Last time I talked about beneficial birds for use in gardening. Now let’s look at beneficial insects – more specifically, bees. Before you get out your fly swatter, you may want to reconsider your attitude toward this necessary element of plant pollination (and thereby, seed production).
Bees are necessary for the pollination and continued existence of many, many crops and fruits. These include okra, onion, celery, beets, broccoli, cauliflower, cabbage, fruit trees and bushes, and so many others, it would take the whole newsletter to list. The problem is the honey bee population is declining – dramatically.
And scientists are unsure why.
The number of beehives dropped 32 percent in 2007, 36 percent in 2008, and 29 percent in 2009. It’s being called “colony collapse disorder” and is happening worldwide. While beekeepers and researchers have looked at various causes like viruses or parasites, they’ve been unable to zero in on one specific factor. With record freezing temperatures from this past winter, the percentage of decline is estimated at 30 to 50 percent more, according to the president of the American Beekeeping Federation.
Pesticides appear to be a major contributing factor in the bee population crisis. Samples of bee hives in various states and Canada found over 100 different pesticides in the bees, wax, pollen and other elements of the hives. One of the most detrimental pesticides to bees is Sevin dust (a favorite of home gardeners!) according to the president of the Mississippi Beekeepers Association. The dust adheres to the legs and body of the bee and is carried back into the hive.
If we want to have a continued heirloom seed crop from our vegetables and fruits, we’re going to have to learn to use more organic means of pest control. We’re going to have to encourage a bird and insect population that feeds on the bad stuff. We need to grow plants and herbs amongst our vegetables and fruits that can coexist without cross-pollinating and that deter destructive insects.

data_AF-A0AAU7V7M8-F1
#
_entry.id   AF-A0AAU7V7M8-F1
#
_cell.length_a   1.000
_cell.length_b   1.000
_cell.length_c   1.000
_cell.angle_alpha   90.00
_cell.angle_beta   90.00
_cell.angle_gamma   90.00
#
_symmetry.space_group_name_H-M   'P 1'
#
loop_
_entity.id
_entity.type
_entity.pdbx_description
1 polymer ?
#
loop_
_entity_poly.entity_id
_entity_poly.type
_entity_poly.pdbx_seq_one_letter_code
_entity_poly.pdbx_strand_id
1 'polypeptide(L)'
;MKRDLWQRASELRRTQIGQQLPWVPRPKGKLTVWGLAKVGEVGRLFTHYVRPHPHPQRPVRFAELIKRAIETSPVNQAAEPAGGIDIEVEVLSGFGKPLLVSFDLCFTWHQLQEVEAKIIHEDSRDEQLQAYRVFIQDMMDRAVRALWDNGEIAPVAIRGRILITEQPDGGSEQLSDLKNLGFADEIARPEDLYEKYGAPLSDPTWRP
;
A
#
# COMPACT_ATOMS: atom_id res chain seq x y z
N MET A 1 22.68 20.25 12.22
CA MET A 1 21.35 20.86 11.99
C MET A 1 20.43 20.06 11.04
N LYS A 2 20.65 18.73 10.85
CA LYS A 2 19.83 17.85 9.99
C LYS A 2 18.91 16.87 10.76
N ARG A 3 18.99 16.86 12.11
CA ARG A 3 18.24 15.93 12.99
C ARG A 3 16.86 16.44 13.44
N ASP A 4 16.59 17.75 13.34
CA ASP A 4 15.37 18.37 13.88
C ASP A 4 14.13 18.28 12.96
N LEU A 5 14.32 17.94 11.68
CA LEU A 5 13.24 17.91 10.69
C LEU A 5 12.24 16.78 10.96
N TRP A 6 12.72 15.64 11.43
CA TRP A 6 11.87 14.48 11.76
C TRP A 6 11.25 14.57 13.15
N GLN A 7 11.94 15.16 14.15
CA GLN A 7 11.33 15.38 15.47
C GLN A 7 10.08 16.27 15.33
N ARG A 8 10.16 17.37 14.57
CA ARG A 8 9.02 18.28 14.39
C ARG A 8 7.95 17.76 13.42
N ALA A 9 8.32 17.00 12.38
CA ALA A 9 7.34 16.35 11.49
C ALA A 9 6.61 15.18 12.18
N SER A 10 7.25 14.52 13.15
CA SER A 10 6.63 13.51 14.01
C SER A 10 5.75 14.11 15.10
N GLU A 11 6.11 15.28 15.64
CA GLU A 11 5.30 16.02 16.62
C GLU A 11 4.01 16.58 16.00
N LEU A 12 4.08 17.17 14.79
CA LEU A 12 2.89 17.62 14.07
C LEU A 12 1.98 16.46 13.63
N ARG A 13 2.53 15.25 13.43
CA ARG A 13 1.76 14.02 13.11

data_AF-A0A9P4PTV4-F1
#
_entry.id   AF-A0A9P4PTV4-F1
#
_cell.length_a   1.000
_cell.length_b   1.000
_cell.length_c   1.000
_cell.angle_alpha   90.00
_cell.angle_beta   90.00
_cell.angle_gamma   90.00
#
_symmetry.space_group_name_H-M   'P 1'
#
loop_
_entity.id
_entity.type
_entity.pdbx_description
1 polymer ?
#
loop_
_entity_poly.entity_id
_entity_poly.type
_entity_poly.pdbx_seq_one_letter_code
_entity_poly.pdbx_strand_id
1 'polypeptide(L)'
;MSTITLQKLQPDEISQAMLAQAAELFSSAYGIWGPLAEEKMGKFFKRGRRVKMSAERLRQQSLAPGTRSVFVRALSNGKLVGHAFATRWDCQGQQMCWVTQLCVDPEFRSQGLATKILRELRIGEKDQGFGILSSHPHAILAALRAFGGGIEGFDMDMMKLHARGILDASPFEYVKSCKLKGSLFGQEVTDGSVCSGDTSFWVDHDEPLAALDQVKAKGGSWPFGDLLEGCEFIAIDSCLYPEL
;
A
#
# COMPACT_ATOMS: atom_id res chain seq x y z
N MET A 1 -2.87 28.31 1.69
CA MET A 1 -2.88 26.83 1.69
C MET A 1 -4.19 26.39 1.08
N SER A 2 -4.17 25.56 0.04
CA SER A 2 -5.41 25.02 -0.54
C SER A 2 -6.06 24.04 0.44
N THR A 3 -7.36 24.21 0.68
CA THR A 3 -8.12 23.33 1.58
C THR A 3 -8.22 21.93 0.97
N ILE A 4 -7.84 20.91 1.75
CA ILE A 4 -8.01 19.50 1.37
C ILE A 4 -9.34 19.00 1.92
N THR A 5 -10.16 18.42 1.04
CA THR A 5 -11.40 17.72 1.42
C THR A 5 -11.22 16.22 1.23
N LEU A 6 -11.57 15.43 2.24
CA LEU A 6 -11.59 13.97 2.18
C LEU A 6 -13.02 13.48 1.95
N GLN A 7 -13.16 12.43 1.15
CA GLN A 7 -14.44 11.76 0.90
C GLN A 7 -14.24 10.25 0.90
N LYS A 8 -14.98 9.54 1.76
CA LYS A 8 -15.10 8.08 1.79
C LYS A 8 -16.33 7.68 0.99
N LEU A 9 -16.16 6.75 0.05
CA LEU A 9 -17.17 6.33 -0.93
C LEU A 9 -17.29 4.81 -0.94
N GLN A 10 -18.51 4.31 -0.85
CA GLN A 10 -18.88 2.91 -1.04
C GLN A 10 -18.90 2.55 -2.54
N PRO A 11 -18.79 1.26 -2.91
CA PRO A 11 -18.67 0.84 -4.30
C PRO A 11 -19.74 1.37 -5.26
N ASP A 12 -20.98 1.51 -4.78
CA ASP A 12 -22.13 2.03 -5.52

Feral, or wild, honeybee populations are almost gone. The colonies that are enjoying the most success are those managed by people. It takes commitment and time to tend to these creatures, but in the ironic symbiotic relationship we have with bees, we need them as much as they need us.
I would encourage you to consider making the investment in a beehive colony. There’s a lot to managing bees, so don’t just jump out there and buy a hive body and a package of bees and think you’re in business. Go to your local county extension agent and request more information. There are also books and unlimited online resources as well. In addition, if you find a wild hive encroaching in your living area, please call your local sheriff’s department who will have the names of local beekeepers that can come and remove the hive. If at all possible, do not destroy the colony.
The way we care for our bees may be the very thing that insures our continued existence and the survival of our heirloom seed stock.